Recently, I realize a general rule or philosophy of life.

Raising up in an Asian family, I was taught to be a competitive, good student. I have to be at the top in class, win competitions, perform piano to guests, and become a teacher’s pet.  The only motivation that keeps me working hard is the reward of pride. As a Vietnamese daughter, I was raised up by my traditional parents who are slightly strict. I am not good and passionate at Science, Math or piano. However, my parents, as typical Asians, believe that studying science,math defines a smart and successful person. Piano, on the other hand, represents the nobility of a girl in the future. I am not a genius in any of those subjects; however, unfortunately, I am good enough to please my parents. I could play a lot of difficult pieces of Mozart, Bach, and famous piano pieces. I was in the Math, Science team for excellent students and won prizes in my regions. Teachers would find me as their favorite student who is obedient, perfectly normal, and most of all- able to achieve good grades.

My parents thought that I was talented and would grow up in the way they have drawn paths for me. True, playing piano is easy because you only have to practice. Soon, I figured out that I could play any song, and so does everyone. For Math, the more you I do old practices tests, the more I recognize that the test questions appeared using the same ways of thinking paths. Therefore, winning the competitions depends on whether you do enough practice and have luck to get the same questions you have already solved. My parents did not know that I keep something for myself in secrets. I like risks, traveling, adventures, writing, swimming, and wild activities that they consider “harmful, time-waste, and useless” activities. According to Adam Grant’s article, How to Raise a Creative Child. Step One: Back Up, the environment where I grew up had made impact psychologically to my development. They have specific schedules and check me. At 7:00, I sat neatly on the tables, at 8:30, I had break and was allowed to have some snacks, at 10:30, I went to bed. Between 7:00 and 10:30, my dad would come and check anytime whether I did something else except for studying. I don’t blame on my parents, though. Now, when I am free, I still have dreams and things I want to do when I was small; however, I do not dare to do them because I would go back on the same path of doing them for success or for fame sake, not for my own sake. For example, I want to write, when I start to write, I would go on the thoughts of “I would never be another J.K. Rowling”. Or I would have nothing to write about because I do not have time to retrospect and observe life. However, I am learning to thinking differently now.

Whenever I do good things for my friends, my family would criticize for my naive and stupidity. When I came to America, I observe my Asian friends in class and they, too, are quite indifferent in caring for people (and animals). I don’t want to make a stereotype, but I believe Asian students tend not to prioritize the importance of morality. We are indifferent to the society, the community where we live. For example, in class, when we do a Zombie Apocalypse, my Asian friends would simply answer “we don’t care” or “just left them behind” when they were asked whether they wanted to save the victims. True, it is just a game, and we stop our brain from thinking further for more creative methods of saving the methods. We simple shut our brains and not to waste energy for our brains to think more ways to save the victims. Another example would be in a class, while the Americans were talking about outside classroom stories somewhat relating to what we are studying, the Asian would be quiet and gave a “finished-yet-look”. A really common example would also be animals and environment issue. I used to be very indifferent in caring about the environment and animals as they have no impact in my life.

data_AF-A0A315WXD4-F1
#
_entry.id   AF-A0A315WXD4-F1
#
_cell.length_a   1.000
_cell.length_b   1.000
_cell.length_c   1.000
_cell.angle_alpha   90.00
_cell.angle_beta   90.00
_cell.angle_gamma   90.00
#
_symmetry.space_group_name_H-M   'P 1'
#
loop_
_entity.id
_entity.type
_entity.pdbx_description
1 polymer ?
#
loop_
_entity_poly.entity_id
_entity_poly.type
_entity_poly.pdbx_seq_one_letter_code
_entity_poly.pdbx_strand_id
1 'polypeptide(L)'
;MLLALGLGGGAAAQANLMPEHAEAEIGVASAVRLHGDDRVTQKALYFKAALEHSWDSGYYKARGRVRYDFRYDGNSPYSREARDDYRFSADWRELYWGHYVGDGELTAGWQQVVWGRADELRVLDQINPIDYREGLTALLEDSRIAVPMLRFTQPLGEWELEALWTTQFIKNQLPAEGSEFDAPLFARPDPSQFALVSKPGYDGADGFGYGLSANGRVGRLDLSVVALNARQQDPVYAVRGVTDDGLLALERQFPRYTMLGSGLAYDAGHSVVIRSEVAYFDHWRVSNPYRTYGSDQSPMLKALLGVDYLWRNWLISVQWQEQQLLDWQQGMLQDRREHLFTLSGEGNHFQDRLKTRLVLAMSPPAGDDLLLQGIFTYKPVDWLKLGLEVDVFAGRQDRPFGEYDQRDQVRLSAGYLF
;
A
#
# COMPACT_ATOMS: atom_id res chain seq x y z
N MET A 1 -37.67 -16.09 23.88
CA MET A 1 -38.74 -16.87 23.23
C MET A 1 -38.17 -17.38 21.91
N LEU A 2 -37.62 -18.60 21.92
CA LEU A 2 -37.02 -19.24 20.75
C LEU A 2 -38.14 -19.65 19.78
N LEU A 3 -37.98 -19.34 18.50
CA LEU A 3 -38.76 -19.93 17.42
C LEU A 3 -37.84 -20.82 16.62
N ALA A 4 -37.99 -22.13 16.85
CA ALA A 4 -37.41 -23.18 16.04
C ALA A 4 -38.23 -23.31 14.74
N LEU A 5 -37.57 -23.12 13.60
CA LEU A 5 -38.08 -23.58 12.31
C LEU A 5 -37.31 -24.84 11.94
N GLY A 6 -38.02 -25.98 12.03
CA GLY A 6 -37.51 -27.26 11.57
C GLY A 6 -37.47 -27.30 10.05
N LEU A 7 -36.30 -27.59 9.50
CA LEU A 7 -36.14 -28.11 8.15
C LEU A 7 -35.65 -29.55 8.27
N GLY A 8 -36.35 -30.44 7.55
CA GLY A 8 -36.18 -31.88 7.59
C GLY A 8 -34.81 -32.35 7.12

Then, I realize that I should live in this life for my human’s sake. According to Raise a Moral Child, Adam Grant, people should learn to live a life of morality, bring kindness to people. Our goal should not be making as much money as we could and live luxury life. We should learn to care more about the community we live. I started to learn to care about the community where I live and I started to come with new and valuable ways to improve our community, from the very little things. The thought of caring for my community really forces me to think beyond. My intrinsic motivation is simply wants to see happiness in people. By having such motivation, I come up with more creative ideas and actions. They could be small ideas that touch other people’s hearts or make a difference. A chocolate candy on the table of someone with a note can make someone’s day. Using that idea, we could make an organization bring happiness to people by creating services to deliver notes or love to those who we want them to know they have meanings in our life. The feelings of seeing someone happy are the rewards that we should treasure. Such emotions become our intrinsic motivations or create positive reinforcement.

However, it comes to a debate of individualism versus community. Shall people care more about themselves or pay attention more to the community around them. There is no absolute or black-and-white answer of either or. Caring to ourselves is understandable, and all of us do that. However, I’m trying to learn to perceive and develop the benefits of caring others. Caring to other people also means caring to yourself. Therefore, open your kindness, generosity, and care for the people, the community where you live.

Therefore, do you think that is partly the reasons why Asian culture is not as developing as the Western culture?




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